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Expectations sky high for Newton, but are they realistic?

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CHARLOTTE -- My phone conversation with Cam Newton was short and sweet -- about as long as it took the Panthers to submit his name to be drafted. He was headed to dinner with his family and his agents, but he took a second simply to say that he was excited to get to Carolina to get things going.

Newton better be excited because this town, so used to adequate-at-best quarterbacks with little star appeal just had its team use the No. 1 overall pick on him. Expectations are already in play based on the fan reaction.

Coach Ron Rivera said Newton will get every opportunity to start right away -- just days after preaching tempered expectations. Offensive coordinator Rob Chudzinski and quarterbacks coach Mike Shula are going to tailor schemes simply for Newton that will take advantage of his ability to run and use his big arm off play-action.

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They'll also scale back the playbook, in part because Newton played in such a basic system at Auburn. In part because that's what teams do with rookie quarterbacks. He's going to be granted everything he needs to succeed. The rest is up to him.

"He's not drafted to be a franchise savior," Rivera said.

He will be viewed as one, though, just like Mark Sanchez and Matt Ryan and Sam Bradford and Josh Freeman were for their teams. It comes with the territory. Newton wants to be one.

This is a once-strong franchise that went down the tubes as soon as Jake Delhomme -- the most popular quarterback in franchise history -- threw five picks in a playoff loss to Arizona two years ago. Newton already is the face of the franchise.

He better be ready to deal. He's coming to a team that averaged 12 points per game last season. He's also coming to a division in which Tampa Bay, Atlanta and New Orleans can put 12 on the board before the opening kickoff. And Atlanta wants more, as it proved by trading a wish-list of draft picks to Cleveland to acquire wide receiver Julio Jones to pair with Roddy White and tight end Tony Gonzalez.

The Panthers need an offensive infusion, and Newton is going to be counted on for that. Throw, run, whatever, he is going to be asked to give Carolina some bounce because the NFC South is all about offense these days. Even if his team doesn't ask him to do everything, those will be the unspoken expectations.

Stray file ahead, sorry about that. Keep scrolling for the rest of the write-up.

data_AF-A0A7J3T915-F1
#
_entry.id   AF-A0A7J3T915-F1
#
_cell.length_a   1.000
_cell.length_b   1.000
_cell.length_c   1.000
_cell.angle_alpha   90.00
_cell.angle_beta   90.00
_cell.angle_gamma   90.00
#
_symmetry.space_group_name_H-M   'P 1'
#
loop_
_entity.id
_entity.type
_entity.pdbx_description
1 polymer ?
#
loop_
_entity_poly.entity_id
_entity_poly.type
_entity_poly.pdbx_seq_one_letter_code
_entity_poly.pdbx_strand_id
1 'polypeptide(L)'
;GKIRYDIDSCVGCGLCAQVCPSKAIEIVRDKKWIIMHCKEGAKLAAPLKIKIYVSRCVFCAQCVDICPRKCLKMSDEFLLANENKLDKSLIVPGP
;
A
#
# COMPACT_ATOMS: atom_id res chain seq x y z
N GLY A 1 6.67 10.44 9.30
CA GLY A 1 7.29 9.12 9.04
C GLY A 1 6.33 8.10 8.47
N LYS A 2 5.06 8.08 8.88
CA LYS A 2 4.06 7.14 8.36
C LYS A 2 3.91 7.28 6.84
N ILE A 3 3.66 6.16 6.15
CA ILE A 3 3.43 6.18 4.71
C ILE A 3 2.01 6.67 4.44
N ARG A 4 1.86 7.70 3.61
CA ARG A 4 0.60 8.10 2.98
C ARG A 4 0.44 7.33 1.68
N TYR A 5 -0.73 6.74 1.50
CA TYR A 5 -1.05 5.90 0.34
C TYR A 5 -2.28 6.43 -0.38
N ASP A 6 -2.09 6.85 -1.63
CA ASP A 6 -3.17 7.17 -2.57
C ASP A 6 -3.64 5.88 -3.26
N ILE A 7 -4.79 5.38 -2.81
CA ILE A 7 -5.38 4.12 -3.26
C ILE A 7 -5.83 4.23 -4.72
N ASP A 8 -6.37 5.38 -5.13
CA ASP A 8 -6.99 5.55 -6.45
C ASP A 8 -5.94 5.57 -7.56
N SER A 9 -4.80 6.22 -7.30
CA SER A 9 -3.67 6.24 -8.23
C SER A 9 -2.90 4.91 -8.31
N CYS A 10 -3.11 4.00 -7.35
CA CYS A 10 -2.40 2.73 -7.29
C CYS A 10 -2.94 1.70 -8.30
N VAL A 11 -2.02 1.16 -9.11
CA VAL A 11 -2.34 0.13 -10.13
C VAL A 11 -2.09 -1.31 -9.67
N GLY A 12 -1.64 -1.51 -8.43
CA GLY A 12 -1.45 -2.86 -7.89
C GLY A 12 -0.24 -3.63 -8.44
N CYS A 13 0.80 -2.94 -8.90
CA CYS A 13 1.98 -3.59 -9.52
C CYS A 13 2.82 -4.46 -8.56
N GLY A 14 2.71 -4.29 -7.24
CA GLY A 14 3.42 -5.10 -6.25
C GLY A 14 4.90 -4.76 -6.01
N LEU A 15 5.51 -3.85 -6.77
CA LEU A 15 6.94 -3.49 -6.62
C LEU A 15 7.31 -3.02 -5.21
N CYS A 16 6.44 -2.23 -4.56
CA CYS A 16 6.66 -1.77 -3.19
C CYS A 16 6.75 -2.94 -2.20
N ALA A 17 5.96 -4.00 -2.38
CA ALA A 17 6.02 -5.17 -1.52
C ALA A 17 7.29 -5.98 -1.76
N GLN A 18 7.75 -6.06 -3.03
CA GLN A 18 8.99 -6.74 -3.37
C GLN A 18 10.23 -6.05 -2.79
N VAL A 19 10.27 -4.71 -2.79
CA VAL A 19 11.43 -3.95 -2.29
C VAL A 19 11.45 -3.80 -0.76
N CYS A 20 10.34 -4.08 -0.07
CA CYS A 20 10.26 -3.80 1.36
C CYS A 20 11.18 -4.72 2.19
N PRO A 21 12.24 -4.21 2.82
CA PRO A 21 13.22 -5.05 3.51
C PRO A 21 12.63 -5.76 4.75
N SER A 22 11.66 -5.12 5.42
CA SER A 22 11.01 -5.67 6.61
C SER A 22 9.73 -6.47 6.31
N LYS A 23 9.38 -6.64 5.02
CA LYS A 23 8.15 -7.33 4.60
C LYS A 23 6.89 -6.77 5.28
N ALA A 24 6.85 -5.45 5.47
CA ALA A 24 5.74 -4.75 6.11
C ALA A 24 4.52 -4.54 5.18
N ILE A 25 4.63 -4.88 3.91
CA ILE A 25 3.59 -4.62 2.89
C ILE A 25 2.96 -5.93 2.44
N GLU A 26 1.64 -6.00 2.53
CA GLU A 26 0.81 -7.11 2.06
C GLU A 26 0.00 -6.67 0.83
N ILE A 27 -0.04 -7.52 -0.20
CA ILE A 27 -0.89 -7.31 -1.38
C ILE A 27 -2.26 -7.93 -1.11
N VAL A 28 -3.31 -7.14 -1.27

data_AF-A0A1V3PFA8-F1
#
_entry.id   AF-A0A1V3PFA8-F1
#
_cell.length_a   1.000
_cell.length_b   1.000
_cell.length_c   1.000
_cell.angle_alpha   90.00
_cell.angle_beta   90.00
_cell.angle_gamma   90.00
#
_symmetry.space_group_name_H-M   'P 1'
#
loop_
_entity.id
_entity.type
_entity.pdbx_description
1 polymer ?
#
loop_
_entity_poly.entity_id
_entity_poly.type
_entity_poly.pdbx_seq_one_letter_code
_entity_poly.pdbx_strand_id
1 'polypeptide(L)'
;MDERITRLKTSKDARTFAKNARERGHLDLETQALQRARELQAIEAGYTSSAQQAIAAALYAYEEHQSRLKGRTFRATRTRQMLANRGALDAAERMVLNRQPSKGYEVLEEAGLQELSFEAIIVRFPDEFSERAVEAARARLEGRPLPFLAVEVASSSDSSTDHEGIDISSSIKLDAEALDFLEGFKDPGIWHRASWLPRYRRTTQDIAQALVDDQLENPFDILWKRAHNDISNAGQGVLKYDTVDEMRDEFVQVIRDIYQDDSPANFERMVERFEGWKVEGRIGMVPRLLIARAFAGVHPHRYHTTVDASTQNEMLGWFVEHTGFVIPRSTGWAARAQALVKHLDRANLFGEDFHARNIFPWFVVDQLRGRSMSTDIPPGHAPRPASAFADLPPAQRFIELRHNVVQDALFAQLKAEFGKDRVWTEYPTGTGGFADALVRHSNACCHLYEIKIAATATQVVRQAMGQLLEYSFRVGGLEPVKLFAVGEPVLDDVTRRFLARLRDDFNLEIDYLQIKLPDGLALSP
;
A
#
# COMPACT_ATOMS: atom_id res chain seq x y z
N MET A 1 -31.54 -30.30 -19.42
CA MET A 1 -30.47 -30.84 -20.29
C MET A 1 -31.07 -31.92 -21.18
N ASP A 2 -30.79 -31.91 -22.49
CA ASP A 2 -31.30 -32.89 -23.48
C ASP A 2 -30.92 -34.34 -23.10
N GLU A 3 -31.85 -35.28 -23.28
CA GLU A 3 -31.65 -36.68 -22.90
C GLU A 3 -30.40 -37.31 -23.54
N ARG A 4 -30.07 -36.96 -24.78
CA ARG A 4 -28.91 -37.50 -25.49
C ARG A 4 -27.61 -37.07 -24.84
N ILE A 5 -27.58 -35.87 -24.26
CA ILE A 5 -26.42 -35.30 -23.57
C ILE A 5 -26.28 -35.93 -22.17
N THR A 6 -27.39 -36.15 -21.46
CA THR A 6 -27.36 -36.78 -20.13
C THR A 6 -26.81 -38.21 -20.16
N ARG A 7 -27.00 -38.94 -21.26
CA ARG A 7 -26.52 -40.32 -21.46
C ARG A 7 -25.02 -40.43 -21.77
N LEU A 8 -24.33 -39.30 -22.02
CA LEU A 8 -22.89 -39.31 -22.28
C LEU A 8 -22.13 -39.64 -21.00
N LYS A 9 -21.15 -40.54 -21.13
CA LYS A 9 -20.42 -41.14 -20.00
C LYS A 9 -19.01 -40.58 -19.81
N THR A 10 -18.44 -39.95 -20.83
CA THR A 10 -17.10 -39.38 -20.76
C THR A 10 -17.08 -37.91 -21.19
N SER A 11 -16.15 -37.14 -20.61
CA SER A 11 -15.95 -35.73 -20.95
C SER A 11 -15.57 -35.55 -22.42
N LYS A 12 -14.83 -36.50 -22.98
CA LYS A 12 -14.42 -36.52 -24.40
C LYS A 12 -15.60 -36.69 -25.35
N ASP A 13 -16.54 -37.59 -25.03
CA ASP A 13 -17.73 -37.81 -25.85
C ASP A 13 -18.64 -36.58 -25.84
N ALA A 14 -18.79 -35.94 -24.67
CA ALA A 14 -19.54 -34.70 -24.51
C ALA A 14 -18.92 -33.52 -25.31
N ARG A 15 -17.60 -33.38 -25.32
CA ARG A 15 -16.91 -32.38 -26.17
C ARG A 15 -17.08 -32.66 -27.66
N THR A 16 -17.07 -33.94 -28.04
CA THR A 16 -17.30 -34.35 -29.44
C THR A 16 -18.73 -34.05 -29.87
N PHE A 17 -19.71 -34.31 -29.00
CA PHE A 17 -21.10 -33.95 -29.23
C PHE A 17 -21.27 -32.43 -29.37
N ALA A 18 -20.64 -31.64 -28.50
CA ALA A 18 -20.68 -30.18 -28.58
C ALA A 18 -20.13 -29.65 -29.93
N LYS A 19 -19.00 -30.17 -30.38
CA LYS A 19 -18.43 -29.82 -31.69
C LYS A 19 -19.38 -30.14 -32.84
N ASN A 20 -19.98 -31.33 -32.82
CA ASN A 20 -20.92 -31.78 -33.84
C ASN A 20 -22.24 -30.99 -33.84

Rivera said he's going to get Newton help, but a lot of that might have to come from coaching and some incumbent player pride. The offensive line will have to get its mojo back, and running back Jonathan Stewart is going to be a stud. DeAngelo Williams is a free agent, but Carolina might try to bring him back, Rivera told me.

That's all nice, but for Newton to have a chance, Carolina has to get him some receiving help. Steve Smith is the best receiving option, although he might not want to be in Charlotte much longer. Jeremy Shockey is in at tight end. The young receivers will get a chance, but expect the Panthers to try and get a veteran wide receiver in free agency (Santonio Holmes?).

The Panthers are going to use some, if not most, of their other seven draft picks trying to get help in the secondary (a third corner) and some defensive tackles. They also will try to get into the second round, where they don't have a pick, to reach their targeted players, a team source said.

The plan is being put together, but it all revolves around Newton. If he comes in humble he'll endear himself to teammates. If he buys into the face-of-the-franchise stuff he'll get eaten alive. More than anything, he needs to look around his division and not be impressed by the points Carolina's rivals put on the board, but at the work ethic of Freeman, Ryan and Drew Brees.

Nobody works harder than those guys. If Newton wants to be as good as them, that -- more than his physical talents and charisma -- will allow him to be the franchise guy.

Follow Steve Wyche on Twitter @wyche89.

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